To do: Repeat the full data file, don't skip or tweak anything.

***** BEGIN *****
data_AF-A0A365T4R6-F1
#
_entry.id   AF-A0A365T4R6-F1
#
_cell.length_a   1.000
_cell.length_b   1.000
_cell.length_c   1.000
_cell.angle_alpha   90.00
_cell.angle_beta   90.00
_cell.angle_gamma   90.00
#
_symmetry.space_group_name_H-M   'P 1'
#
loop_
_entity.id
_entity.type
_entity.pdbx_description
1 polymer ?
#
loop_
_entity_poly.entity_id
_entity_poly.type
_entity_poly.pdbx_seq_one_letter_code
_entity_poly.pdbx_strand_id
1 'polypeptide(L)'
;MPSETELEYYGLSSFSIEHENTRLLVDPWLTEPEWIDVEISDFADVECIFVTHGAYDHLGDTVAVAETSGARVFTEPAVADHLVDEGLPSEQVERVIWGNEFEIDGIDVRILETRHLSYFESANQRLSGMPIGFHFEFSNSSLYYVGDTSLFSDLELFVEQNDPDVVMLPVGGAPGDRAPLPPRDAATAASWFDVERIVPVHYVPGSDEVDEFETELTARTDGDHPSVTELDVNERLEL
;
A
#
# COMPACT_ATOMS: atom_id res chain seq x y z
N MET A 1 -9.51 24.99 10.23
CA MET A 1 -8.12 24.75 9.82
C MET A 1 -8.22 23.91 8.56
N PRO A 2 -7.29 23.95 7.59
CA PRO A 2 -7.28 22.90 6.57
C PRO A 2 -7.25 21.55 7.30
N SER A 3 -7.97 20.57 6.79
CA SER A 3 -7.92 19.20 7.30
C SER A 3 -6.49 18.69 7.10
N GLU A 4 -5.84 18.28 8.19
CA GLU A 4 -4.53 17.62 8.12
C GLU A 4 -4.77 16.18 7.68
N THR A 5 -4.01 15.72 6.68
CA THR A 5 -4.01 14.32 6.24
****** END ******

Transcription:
data_AF-A0A365T4R6-F1
#
_entry.id   AF-A0A365T4R6-F1
#
_cell.length_a   1.000
_cell.length_b   1.000
_cell.length_c   1.000
_cell.angle_alpha   90.00
_cell.angle_beta   90.00
_cell.angle_gamma   90.00
#
_symmetry.space_group_name_H-M   'P 1'
#
loop_
_entity.id
_entity.type
_entity.pdbx_description
1 polymer ?
#
loop_
_entity_poly.entity_id
_entity_poly.type
_entity_poly.pdbx_seq_one_letter_code
_entity_poly.pdbx_strand_id
1 'polypeptide(L)'
;MPSETELEYYGLSSFSIEHENTRLLVDPWLTEPEWIDVEISDFADVECIFVTHGAYDHLGDTVAVAETSGARVFTEPAVADHLVDEGLPSEQVERVIWGNEFEIDGIDVRILETRHLSYFESANQRLSGMPIGFHFEFSNSSLYYVGDTSLFSDLELFVEQNDPDVVMLPVGGAPGDRAPLPPRDAATAASWFDVERIVPVHYVPGSDEVDEFETELTARTDGDHPSVTELDVNERLEL
;
A
#
# COMPACT_ATOMS: atom_id res chain seq x y z
N MET A 1 -9.51 24.99 10.23
CA MET A 1 -8.12 24.75 9.82
C MET A 1 -8.22 23.91 8.56
N PRO A 2 -7.29 23.95 7.59
CA PRO A 2 -7.28 22.90 6.57
C PRO A 2 -7.25 21.55 7.30
N SER A 3 -7.97 20.57 6.79
CA SER A 3 -7.92 19.20 7.30
C SER A 3 -6.49 18.69 7.10
N GLU A 4 -5.84 18.28 8.19
CA GLU A 4 -4.53 17.62 8.12
C GLU A 4 -4.77 16.18 7.68
N THR A 5 -4.01 15.72 6.68
CA THR A 5 -4.01 14.32 6.24